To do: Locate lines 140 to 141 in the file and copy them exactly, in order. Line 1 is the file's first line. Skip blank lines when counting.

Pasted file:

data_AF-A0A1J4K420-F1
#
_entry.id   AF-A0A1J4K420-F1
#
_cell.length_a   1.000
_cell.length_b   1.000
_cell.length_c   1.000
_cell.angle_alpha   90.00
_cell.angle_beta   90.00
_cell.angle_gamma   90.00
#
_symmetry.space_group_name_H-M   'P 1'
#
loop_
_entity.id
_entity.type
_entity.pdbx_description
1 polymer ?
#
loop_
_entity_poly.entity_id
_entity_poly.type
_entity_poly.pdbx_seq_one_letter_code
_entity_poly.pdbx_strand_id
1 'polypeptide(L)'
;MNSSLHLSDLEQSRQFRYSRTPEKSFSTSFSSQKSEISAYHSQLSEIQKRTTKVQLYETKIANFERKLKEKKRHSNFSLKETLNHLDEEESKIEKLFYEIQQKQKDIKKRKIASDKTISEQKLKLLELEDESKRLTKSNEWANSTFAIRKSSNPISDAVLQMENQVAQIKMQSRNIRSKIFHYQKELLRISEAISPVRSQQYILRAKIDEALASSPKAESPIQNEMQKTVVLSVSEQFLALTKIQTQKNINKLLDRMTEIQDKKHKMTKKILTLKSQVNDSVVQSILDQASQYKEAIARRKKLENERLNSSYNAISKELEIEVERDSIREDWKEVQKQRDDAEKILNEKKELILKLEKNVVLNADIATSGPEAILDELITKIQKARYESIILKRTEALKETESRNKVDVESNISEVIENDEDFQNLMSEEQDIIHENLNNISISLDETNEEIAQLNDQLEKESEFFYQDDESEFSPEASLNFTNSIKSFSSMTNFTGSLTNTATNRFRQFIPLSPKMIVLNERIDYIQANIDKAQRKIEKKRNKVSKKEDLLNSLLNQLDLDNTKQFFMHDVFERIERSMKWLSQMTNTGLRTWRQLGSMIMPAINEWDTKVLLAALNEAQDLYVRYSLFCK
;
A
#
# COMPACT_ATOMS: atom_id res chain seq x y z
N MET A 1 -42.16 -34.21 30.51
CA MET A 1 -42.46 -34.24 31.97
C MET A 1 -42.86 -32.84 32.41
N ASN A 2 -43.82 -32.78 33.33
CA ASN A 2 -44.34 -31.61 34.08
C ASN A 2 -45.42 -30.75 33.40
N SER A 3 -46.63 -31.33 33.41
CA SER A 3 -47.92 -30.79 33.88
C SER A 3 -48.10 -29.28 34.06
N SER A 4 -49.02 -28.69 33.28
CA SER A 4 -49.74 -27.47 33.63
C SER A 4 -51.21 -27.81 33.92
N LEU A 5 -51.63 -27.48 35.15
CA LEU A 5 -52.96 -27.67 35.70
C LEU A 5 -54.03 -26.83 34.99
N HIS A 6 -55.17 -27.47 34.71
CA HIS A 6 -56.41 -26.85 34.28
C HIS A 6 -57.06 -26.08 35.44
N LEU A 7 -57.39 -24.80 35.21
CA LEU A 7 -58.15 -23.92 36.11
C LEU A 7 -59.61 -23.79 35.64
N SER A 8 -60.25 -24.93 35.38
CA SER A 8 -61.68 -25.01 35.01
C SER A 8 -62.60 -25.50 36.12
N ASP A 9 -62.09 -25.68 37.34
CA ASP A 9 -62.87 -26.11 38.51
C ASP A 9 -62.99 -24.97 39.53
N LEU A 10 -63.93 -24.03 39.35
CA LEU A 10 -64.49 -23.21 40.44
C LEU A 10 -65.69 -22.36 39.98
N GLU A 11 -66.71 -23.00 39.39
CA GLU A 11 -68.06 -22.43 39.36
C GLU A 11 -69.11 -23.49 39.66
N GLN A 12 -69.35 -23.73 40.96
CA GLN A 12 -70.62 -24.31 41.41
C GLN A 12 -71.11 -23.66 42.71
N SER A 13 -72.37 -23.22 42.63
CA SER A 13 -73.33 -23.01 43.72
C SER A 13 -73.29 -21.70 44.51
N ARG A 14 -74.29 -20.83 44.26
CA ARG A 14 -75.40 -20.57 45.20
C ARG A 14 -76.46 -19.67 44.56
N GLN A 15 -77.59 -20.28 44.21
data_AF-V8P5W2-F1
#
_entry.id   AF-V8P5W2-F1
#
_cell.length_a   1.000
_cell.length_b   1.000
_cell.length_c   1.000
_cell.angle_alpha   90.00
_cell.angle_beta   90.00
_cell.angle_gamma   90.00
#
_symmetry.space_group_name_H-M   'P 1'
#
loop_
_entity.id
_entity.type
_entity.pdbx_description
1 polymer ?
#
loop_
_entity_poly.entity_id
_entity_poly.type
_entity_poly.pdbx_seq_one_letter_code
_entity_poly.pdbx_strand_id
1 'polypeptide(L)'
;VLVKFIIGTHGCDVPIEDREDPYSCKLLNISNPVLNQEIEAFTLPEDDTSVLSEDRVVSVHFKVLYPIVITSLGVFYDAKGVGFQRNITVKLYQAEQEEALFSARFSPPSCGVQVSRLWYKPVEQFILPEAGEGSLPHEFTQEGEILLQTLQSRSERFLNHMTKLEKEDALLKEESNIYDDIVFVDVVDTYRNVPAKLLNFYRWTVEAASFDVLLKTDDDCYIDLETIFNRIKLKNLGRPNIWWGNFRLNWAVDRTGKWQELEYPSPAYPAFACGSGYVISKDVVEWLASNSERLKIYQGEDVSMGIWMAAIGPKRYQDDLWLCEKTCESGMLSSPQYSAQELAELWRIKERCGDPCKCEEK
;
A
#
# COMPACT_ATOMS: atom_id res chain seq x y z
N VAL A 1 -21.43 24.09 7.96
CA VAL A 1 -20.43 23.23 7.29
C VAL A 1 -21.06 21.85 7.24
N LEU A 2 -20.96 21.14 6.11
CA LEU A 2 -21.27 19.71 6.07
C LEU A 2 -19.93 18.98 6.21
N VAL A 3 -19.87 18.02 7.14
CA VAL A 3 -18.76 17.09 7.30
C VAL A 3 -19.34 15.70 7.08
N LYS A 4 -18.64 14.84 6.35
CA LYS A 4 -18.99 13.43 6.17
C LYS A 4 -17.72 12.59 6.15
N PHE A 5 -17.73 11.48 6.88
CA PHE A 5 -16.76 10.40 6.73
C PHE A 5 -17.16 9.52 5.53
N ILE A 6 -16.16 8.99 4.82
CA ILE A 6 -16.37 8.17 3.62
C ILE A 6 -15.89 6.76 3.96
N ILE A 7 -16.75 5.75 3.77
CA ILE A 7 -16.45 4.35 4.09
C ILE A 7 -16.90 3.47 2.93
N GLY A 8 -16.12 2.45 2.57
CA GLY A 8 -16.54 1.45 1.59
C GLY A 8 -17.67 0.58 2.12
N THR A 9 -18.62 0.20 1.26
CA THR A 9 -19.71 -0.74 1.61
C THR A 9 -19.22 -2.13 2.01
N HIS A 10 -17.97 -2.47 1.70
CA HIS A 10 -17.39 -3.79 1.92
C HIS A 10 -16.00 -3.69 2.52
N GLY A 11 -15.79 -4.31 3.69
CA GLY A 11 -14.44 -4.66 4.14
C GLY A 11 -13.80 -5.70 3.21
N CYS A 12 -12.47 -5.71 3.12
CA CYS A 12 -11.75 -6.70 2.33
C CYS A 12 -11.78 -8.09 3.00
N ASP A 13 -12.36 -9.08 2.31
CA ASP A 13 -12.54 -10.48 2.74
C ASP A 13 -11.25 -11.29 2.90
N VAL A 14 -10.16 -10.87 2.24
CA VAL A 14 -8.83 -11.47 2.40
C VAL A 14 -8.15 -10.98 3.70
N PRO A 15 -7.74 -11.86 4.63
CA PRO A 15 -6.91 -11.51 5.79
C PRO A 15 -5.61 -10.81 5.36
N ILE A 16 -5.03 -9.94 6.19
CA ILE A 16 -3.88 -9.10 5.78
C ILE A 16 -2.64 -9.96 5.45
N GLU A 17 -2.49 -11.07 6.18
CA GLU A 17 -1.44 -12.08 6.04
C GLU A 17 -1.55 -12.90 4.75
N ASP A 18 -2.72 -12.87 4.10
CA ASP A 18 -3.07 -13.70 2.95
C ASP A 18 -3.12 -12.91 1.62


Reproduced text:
N ASP A 13 -12.36 -9.08 2.31
CA ASP A 13 -12.54 -10.48 2.74